Edited on: September 5, 2011 4:41 pm
Posted by Chip Patterson
1) Unproven UNC QB Bryn Renner answered doubters with a record setting day. Renner only attempted two passes during his freshman year, one of them fell incomplete. In his first career start on Saturday against James Madison, the sophomore quarterback once again only missed his receiver once. Unfortunately it was intercepted, but it was the only miscue in Renner's 22-for-23 performance against the Dukes. Renner's 95.7% completion rate set a new ACC record and was a big reason the Tar Heels were able to give Everett Withers his first head coaching victory.
Renner's opposition will get much more difficult as the season goes on and teams get to prepare for the first-year starter, but that's where he will be aided by a two-headed rushing attack that also looked sharp on Saturday. Redshirt senior Ryan Houston and redshirt freshman Giovani Bernard both returned from injuries just in time to combine for 125 yards and three touchdowns on 25 carries. Combine their success with the reliable Dwight Jones receiving, and the quarterback position no longer looks like a question mark in Chapel Hill.
2) The ACC at least has the capability to put up big points - Of the ten ACC teams with a game under their belt, eight teams scored at least 29 points with the entire conference averaging AVERAGE points on the weekend thus far. Granted, only Wake Forest and Boston College played teams from an AQ conference (both lost) and six of the conference's opponents were FCS teams, but for a conference that has been criticized at times for a lack of offensive talent it was a nice change to see some points. For Clemson it took awhile before Chad Morris' signature offense got clicking, but the 31 second half points were testament that it is capable of wearing down a defense. Virginia Tech and Georgia Tech's 60+ point performances can be attributed to a combination of their opposition (Appalachian State and Western Carolina) and some explosive playmakers. North Carolina and North Carolina State both piled on late TD's against their FCS opponents, and Florida State's defense contributed as much as their offense in the Seminoles' 34-0 shutout of Louisiana-Monroe.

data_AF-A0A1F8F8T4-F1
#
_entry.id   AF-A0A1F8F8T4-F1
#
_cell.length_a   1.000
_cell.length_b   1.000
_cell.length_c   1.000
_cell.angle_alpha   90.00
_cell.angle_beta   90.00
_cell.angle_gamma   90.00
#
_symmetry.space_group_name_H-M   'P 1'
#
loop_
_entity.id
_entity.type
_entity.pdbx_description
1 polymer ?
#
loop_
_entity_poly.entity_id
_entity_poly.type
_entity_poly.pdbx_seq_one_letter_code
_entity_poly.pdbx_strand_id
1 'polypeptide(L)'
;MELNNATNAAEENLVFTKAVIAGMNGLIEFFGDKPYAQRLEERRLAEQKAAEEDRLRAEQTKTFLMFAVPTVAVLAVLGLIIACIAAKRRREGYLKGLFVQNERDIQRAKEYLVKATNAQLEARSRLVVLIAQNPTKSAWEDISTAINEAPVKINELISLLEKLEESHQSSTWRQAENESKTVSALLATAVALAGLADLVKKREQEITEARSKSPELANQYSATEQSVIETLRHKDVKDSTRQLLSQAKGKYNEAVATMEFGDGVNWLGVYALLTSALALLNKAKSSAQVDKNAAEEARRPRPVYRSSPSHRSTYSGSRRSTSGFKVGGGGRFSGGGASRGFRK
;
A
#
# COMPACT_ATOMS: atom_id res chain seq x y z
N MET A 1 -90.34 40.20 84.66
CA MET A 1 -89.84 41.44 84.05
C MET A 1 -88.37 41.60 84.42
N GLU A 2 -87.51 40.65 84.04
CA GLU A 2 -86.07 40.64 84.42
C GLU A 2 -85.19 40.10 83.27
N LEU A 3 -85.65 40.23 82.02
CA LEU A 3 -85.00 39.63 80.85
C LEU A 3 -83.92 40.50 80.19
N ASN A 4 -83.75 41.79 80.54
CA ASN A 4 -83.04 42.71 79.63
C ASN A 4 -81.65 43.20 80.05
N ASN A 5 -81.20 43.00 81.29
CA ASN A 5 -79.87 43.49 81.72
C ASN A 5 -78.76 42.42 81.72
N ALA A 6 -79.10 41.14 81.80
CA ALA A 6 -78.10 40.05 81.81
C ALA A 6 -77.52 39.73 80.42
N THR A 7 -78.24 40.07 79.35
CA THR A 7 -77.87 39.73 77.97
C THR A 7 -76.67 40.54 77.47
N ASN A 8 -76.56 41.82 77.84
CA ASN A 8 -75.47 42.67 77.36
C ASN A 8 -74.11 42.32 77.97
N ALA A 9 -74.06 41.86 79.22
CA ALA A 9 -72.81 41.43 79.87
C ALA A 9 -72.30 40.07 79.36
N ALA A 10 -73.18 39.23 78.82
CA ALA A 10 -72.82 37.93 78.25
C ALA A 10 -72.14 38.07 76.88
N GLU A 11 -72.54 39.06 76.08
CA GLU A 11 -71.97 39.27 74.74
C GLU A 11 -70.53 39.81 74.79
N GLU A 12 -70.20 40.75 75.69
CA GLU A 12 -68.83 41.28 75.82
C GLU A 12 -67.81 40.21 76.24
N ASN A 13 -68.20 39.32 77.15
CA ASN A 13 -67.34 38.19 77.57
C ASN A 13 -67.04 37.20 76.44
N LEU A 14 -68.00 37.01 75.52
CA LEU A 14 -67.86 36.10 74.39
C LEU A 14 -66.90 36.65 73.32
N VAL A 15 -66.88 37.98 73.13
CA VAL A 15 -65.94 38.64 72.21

3) FSU's greatest offense might be their defense. Speaking of Louisiana-Monroe, the Seminoles had a matchup advantage over the Warhawks as soon as the teams hit the field. But that fact should not take anything away from the impressive performance from the Florida State defense. ULM's offense was held to just 191 yards of offense and despite 39 rushing attempts, the Warhawks could not collect more than 99 yards. Brandon Jenkins and Tank Carradine were physical in the trenches while the Seminoles' back seven, led by safety Lamarcus Joyner, swarmed to the ball to stuff Warhawk receivers when quarterback Kolton Browning tried to utilize under routes on third downs. In fact, Florida State's ten third-down stops were a key in keeping ULM's running game from gathering any kind of momentum. The coaching staff will be focusing on Charleston Southern, but I'll say it: that kind of defensive performance will be needed if the Seminoles want to knock off No. 1 Oklahoma on Sept. 17 in Tallahassee.
4) Georgia Tech's offense shows explosion, and more of the same bad habits. Paul Johnson's first two seasons as Georgia Tech's head coach had 9+ wins both seasons and an ACC title. So there was no surprise that Yellow Jacket fans were concerned with 2010's 6-7 finish that included dropping five of their final six games. One of the reasons Georgia Tech struggled down the stretch was trouble holding onto the ball. No FBS team lost more fumbles than Georgia Tech (20) in 2010, and they ranked last in the ACC in turnover margin. So while there was plenty to celebrate with the offensive performance in the season opener, there are also plenty of red flags.
The Yellow Jackets totaled 662 yards of offense, the most for any Georgia Tech team since 2000. Tevin Washington had more passing yards in the first quarter (148) than any quarterback had in an entire game during the 2010 season. Stephen Hill's four catches for 181 yards provided support to claims that he was set to be the next great Georgia Tech receiver in the line of Calvin Johnson and Demaryius Thomas. But Georgia Tech still fumbled the ball six times, luckily only losing the ball twice. Thursday's season opener showed Georgia Tech fans that this offense is dangerous. They can be dangerously good, but also dangerously destructive if they can't fix their turnover issues.
5.) Maryland - Miami - The opening weekend in the ACC wraps up on Monday night when Miami visits College Park with a shortened roster to kick off the conference schedule. It will be the first game for new head coaches Al Golden and Randy Edsall, and I'm positive we will have plenty to learn about both squads. Keep it here at the Eye on College Football for all your ACC coverage.